A 2015 Newsweek article quoted that "A slew of policies and technologies promising to dramatically revolutionize teaching and education over the past decade has not only failed to produce desired results, it has also led to a decline in teacher morale, with large numbers leaving the profession." It went on to note that this was the result of centralizing state and federal control over education, and the launch of programs such as “No Child Left Behind,” “Race to the Top” and “Common Core.” A common characteristic of teacher's complaints was the idea that "teachers no longer control the curriculum as they should" and that "the vacuum has been filled by a host of commercial companies that have developed products to be used both inside and outside the classroom, with little evidence to show that any of this has worked."
A 2012 Metlife study showed how job satisfaction had declined, going from 62 percent of teachers feeling “very satisfied" with their jobs in 2008 to only 39 percent by just four years later - the lowest in the 25-year history of the survey. It found that over "half (51 percent) of teachers report feeling under great stress several days a week," a 70 percent increase from reports on stress among teachers in 1985.
One of the most surprising factors is how the reports correlate a clear dissatisfaction within the last 10 years and how rapidly the onset came. Today, in 2018 we can only assume these numbers to be increasing, but a relevant large-scale study hasn't been reproduced for fair comparison.
Moving back to the report issued by COBIS (Council of British International Schools) this month, 44% of teachers who had been on international contracts cited "family commitments" as a major reason for their return home from teaching abroad, with 45% citing "a basic desire to return home". Interestingly, only 37% of exiting teachers cited "better quality of life" as a reason returning home. Is there a reason for this? Could teaching overseas be better than at home? The data implies "yes".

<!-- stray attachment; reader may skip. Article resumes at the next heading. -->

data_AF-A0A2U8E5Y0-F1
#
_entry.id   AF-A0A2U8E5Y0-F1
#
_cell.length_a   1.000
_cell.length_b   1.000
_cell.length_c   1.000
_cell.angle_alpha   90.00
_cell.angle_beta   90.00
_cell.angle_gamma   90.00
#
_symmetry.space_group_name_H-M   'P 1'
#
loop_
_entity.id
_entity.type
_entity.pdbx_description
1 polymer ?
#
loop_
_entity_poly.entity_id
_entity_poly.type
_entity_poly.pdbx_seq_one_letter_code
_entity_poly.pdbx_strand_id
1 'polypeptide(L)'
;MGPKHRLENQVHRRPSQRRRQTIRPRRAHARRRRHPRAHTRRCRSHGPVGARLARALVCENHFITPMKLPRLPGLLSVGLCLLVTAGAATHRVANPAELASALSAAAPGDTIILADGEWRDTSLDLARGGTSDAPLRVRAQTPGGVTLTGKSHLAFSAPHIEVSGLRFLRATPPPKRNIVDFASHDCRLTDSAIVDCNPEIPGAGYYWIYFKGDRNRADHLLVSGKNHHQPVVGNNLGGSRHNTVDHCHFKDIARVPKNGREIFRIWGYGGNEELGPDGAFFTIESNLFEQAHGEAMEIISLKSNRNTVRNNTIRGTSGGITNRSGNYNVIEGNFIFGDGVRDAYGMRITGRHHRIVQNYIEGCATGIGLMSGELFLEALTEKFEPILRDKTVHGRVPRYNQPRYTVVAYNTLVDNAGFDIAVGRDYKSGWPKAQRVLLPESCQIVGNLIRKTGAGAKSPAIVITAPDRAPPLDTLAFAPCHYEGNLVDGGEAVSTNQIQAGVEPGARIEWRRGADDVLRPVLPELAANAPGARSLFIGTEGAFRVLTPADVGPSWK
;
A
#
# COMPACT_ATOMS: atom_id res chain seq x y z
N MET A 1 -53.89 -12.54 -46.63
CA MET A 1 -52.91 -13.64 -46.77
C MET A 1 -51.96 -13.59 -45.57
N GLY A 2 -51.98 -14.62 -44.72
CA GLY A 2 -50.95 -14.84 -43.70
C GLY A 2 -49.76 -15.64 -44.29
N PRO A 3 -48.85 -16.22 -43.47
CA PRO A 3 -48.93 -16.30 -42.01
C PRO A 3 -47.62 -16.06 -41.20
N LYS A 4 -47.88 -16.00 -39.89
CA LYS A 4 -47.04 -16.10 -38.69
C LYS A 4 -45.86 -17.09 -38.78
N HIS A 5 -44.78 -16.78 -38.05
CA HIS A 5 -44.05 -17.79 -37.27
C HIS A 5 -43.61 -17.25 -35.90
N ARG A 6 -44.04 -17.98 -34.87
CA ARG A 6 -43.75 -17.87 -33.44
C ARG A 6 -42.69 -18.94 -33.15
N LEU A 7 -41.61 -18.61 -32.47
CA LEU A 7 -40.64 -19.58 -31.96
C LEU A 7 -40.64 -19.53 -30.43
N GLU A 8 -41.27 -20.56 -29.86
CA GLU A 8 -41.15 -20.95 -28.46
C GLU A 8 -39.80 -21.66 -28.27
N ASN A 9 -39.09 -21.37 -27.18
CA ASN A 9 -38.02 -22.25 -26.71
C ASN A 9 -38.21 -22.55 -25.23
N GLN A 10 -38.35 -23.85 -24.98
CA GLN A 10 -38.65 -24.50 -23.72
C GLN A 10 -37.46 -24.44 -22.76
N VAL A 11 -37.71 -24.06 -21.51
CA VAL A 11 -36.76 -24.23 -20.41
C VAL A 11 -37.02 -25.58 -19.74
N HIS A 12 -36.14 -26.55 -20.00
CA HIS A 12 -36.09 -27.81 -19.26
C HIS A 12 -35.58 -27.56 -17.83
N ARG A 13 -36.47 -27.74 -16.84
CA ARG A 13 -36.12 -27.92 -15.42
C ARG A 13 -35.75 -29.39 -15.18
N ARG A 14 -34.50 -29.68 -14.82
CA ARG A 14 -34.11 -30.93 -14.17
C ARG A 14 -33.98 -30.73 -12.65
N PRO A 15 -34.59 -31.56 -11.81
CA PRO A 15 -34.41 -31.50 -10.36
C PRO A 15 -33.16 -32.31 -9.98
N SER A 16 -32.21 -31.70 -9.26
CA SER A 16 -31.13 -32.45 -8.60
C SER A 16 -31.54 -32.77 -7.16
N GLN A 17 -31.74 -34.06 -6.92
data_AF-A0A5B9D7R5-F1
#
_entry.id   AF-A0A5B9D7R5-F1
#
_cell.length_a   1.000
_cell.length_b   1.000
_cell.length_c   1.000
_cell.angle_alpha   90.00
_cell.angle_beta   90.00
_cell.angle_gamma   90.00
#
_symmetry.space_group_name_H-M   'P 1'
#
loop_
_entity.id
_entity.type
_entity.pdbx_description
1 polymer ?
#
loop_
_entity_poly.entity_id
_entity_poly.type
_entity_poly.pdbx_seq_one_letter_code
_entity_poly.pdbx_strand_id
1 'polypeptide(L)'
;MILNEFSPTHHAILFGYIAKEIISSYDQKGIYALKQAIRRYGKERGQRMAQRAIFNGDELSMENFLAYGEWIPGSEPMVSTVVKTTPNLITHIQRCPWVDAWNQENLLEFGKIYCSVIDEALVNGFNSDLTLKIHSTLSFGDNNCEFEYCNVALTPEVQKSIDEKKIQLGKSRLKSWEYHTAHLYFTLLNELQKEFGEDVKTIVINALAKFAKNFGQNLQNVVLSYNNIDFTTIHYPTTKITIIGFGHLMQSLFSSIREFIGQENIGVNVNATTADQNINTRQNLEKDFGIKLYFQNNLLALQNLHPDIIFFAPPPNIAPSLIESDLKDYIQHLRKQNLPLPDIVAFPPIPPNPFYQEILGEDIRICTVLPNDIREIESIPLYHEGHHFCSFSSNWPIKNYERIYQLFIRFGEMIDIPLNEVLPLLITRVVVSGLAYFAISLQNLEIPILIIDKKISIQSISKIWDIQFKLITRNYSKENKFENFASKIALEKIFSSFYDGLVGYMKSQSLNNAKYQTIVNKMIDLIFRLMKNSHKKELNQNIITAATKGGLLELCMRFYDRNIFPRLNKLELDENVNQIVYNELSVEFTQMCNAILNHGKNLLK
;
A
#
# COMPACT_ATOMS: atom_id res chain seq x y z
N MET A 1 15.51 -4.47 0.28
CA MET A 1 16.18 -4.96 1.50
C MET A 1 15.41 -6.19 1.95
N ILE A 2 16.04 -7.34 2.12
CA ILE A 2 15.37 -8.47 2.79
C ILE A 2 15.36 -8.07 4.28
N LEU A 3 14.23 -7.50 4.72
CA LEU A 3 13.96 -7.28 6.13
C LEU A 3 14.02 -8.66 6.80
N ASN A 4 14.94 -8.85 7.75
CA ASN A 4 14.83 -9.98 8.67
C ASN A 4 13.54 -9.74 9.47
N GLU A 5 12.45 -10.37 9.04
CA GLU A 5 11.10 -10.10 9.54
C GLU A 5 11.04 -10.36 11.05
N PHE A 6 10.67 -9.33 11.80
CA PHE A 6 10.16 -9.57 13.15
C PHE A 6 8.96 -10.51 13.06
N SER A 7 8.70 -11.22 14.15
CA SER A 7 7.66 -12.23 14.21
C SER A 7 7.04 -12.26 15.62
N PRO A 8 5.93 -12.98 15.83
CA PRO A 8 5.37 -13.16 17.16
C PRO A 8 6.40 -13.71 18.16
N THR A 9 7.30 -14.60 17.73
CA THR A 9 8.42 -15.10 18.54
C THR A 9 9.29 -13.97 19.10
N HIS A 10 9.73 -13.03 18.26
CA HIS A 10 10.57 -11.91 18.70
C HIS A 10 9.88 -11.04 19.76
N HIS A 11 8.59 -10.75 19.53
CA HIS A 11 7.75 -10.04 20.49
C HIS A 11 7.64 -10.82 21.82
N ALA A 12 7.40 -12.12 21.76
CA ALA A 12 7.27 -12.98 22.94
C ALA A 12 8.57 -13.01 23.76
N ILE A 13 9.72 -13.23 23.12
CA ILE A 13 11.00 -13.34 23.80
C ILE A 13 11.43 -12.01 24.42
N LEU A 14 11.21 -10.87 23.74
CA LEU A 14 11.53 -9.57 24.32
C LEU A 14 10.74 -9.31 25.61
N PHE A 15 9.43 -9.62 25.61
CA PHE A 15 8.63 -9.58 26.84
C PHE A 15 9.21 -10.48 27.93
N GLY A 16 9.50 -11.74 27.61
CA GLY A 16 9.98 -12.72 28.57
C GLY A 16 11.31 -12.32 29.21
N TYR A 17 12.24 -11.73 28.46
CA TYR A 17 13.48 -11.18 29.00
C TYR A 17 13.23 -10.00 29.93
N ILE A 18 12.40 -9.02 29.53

Of all the teachers interviewed in the study, only 2% returned home in less than a year. A low 8% stayed abroad for 1-2 years. The remaining 90% of teachers stayed abroad for more than 3 years, with 35% of those staying between 5 to 10 years and 29% staying more than 10 years. These are some impressive numbers, and considering they're generalized and not broken down by country or region, they become even more intriguing. The report goes on to state "Returning teachers report gaining a wealth of experience and skills including cultural awareness (79%), global outlook/ international mindedness (76%), adaptability (58%), and renewed enthusiasm for teaching (53%) as well as experience, resilience, and professional development opportunities."